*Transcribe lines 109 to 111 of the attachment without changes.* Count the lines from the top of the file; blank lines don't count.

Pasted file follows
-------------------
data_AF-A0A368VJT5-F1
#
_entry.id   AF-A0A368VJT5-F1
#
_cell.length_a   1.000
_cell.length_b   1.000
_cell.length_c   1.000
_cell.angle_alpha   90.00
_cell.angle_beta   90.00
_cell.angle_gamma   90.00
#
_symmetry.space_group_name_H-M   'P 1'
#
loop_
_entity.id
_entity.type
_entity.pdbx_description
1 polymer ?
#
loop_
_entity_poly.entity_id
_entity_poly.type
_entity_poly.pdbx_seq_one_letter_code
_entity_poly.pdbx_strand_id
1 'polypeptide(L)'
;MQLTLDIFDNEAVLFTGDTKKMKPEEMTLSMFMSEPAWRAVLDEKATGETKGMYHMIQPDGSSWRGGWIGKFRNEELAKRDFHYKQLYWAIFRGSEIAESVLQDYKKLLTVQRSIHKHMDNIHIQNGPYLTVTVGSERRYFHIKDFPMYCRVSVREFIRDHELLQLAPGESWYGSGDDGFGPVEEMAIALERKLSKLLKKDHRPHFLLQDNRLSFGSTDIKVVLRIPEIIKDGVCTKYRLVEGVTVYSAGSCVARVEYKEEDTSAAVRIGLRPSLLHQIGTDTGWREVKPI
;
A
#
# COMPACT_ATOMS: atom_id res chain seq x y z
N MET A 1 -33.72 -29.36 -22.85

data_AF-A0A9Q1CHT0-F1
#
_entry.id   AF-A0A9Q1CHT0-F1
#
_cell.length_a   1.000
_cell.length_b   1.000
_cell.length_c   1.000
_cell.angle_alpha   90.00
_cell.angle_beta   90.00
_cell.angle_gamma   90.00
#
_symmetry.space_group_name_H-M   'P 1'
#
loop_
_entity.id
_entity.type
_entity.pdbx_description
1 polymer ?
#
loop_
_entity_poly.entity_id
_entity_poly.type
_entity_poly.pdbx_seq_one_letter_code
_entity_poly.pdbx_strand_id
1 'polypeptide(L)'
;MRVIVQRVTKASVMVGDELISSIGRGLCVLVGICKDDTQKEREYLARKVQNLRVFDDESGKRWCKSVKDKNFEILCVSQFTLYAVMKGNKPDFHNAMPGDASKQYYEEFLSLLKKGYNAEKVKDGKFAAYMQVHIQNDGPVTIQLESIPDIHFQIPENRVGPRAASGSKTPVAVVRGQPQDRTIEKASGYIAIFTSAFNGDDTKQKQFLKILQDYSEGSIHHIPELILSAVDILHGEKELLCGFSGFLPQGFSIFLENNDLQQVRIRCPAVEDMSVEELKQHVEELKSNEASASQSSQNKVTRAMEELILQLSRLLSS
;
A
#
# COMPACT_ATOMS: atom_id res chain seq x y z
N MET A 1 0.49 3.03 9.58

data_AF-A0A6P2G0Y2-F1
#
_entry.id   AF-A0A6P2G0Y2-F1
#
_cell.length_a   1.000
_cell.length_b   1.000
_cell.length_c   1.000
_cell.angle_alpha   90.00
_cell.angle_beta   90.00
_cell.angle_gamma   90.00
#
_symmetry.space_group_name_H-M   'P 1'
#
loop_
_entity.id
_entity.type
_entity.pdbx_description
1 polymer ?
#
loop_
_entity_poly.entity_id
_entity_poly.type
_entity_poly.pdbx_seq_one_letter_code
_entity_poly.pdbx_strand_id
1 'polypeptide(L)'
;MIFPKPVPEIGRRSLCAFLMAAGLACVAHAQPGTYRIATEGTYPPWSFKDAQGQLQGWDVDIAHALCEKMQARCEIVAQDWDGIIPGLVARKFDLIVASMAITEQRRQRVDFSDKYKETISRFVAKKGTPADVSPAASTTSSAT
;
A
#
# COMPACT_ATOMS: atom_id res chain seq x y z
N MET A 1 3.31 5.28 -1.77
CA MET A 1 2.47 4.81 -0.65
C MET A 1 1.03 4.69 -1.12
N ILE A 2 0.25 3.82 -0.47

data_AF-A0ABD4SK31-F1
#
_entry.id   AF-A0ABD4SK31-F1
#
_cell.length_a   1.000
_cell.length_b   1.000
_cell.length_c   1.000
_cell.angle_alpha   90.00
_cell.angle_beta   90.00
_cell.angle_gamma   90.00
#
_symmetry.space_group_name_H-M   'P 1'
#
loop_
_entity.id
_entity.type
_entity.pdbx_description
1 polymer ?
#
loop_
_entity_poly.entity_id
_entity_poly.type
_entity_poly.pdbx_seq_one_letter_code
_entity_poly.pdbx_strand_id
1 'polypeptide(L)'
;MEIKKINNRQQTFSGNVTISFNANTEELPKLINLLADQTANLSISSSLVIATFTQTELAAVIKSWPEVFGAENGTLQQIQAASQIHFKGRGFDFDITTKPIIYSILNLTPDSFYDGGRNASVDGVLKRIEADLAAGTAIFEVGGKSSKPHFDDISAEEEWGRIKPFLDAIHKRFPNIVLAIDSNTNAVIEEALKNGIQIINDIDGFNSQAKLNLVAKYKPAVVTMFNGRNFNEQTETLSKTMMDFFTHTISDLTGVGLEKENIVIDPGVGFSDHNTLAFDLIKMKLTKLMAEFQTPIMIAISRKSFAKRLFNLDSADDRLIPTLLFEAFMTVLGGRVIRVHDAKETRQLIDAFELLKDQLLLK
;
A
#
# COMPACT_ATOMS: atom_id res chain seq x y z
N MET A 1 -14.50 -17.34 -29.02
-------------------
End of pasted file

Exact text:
#
loop_
_entity.id